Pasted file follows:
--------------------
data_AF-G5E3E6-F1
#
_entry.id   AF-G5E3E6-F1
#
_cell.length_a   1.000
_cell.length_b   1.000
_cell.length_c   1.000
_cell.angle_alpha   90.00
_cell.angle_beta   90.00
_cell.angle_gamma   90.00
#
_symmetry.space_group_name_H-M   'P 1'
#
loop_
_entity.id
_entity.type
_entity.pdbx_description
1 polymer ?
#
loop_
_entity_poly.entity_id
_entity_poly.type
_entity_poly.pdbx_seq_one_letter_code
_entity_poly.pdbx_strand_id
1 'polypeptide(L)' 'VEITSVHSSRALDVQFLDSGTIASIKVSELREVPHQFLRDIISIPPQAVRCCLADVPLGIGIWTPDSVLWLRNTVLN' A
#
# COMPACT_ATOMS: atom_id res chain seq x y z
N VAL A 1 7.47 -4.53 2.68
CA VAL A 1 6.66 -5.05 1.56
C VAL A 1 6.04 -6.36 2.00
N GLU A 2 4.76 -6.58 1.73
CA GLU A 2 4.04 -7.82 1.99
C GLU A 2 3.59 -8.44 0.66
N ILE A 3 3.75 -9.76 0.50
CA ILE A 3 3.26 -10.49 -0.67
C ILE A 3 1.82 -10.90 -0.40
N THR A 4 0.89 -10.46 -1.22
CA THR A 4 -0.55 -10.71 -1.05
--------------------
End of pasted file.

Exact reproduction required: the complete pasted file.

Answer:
data_AF-G5E3E6-F1
#
_entry.id   AF-G5E3E6-F1
#
_cell.length_a   1.000
_cell.length_b   1.000
_cell.length_c   1.000
_cell.angle_alpha   90.00
_cell.angle_beta   90.00
_cell.angle_gamma   90.00
#
_symmetry.space_group_name_H-M   'P 1'
#
loop_
_entity.id
_entity.type
_entity.pdbx_description
1 polymer ?
#
loop_
_entity_poly.entity_id
_entity_poly.type
_entity_poly.pdbx_seq_one_letter_code
_entity_poly.pdbx_strand_id
1 'polypeptide(L)' 'VEITSVHSSRALDVQFLDSGTIASIKVSELREVPHQFLRDIISIPPQAVRCCLADVPLGIGIWTPDSVLWLRNTVLN' A
#
# COMPACT_ATOMS: atom_id res chain seq x y z
N VAL A 1 7.47 -4.53 2.68
CA VAL A 1 6.66 -5.05 1.56
C VAL A 1 6.04 -6.36 2.00
N GLU A 2 4.76 -6.58 1.73
CA GLU A 2 4.04 -7.82 1.99
C GLU A 2 3.59 -8.44 0.66
N ILE A 3 3.75 -9.76 0.50
CA ILE A 3 3.26 -10.49 -0.67
C ILE A 3 1.82 -10.90 -0.40
N THR A 4 0.89 -10.46 -1.22
CA THR A 4 -0.55 -10.71 -1.05